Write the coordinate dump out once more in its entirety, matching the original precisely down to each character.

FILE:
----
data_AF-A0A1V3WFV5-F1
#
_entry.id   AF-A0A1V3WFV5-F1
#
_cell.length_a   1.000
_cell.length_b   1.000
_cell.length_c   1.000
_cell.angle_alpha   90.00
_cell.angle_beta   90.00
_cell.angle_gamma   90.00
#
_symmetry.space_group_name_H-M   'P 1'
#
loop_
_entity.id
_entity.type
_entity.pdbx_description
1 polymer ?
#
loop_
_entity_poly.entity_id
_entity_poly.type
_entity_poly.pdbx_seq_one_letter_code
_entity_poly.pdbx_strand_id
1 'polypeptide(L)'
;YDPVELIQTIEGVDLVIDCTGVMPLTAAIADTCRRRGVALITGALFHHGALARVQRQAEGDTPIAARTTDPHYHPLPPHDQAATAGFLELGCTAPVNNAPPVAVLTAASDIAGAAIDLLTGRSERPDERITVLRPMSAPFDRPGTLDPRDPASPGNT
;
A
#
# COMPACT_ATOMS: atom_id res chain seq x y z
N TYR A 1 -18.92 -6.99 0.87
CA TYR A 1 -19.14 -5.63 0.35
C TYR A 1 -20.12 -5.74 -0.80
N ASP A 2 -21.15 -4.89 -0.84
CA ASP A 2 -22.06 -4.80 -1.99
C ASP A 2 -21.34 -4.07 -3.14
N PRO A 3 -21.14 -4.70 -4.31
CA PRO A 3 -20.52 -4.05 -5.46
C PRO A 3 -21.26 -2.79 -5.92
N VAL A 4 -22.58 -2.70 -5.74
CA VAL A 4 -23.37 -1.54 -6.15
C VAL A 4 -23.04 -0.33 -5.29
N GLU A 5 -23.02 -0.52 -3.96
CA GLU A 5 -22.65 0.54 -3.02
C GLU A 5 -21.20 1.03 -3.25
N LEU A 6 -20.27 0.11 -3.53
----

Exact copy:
data_AF-A0A1V3WFV5-F1
#
_entry.id   AF-A0A1V3WFV5-F1
#
_cell.length_a   1.000
_cell.length_b   1.000
_cell.length_c   1.000
_cell.angle_alpha   90.00
_cell.angle_beta   90.00
_cell.angle_gamma   90.00
#
_symmetry.space_group_name_H-M   'P 1'
#
loop_
_entity.id
_entity.type
_entity.pdbx_description
1 polymer ?
#
loop_
_entity_poly.entity_id
_entity_poly.type
_entity_poly.pdbx_seq_one_letter_code
_entity_poly.pdbx_strand_id
1 'polypeptide(L)'
;YDPVELIQTIEGVDLVIDCTGVMPLTAAIADTCRRRGVALITGALFHHGALARVQRQAEGDTPIAARTTDPHYHPLPPHDQAATAGFLELGCTAPVNNAPPVAVLTAASDIAGAAIDLLTGRSERPDERITVLRPMSAPFDRPGTLDPRDPASPGNT
;
A
#
# COMPACT_ATOMS: atom_id res chain seq x y z
N TYR A 1 -18.92 -6.99 0.87
CA TYR A 1 -19.14 -5.63 0.35
C TYR A 1 -20.12 -5.74 -0.80
N ASP A 2 -21.15 -4.89 -0.84
CA ASP A 2 -22.06 -4.80 -1.99
C ASP A 2 -21.34 -4.07 -3.14
N PRO A 3 -21.14 -4.70 -4.31
CA PRO A 3 -20.52 -4.05 -5.46
C PRO A 3 -21.26 -2.79 -5.92
N VAL A 4 -22.58 -2.70 -5.74
CA VAL A 4 -23.37 -1.54 -6.15
C VAL A 4 -23.04 -0.33 -5.29
N GLU A 5 -23.02 -0.52 -3.96
CA GLU A 5 -22.65 0.54 -3.02
C GLU A 5 -21.20 1.03 -3.25
N LEU A 6 -20.27 0.11 -3.53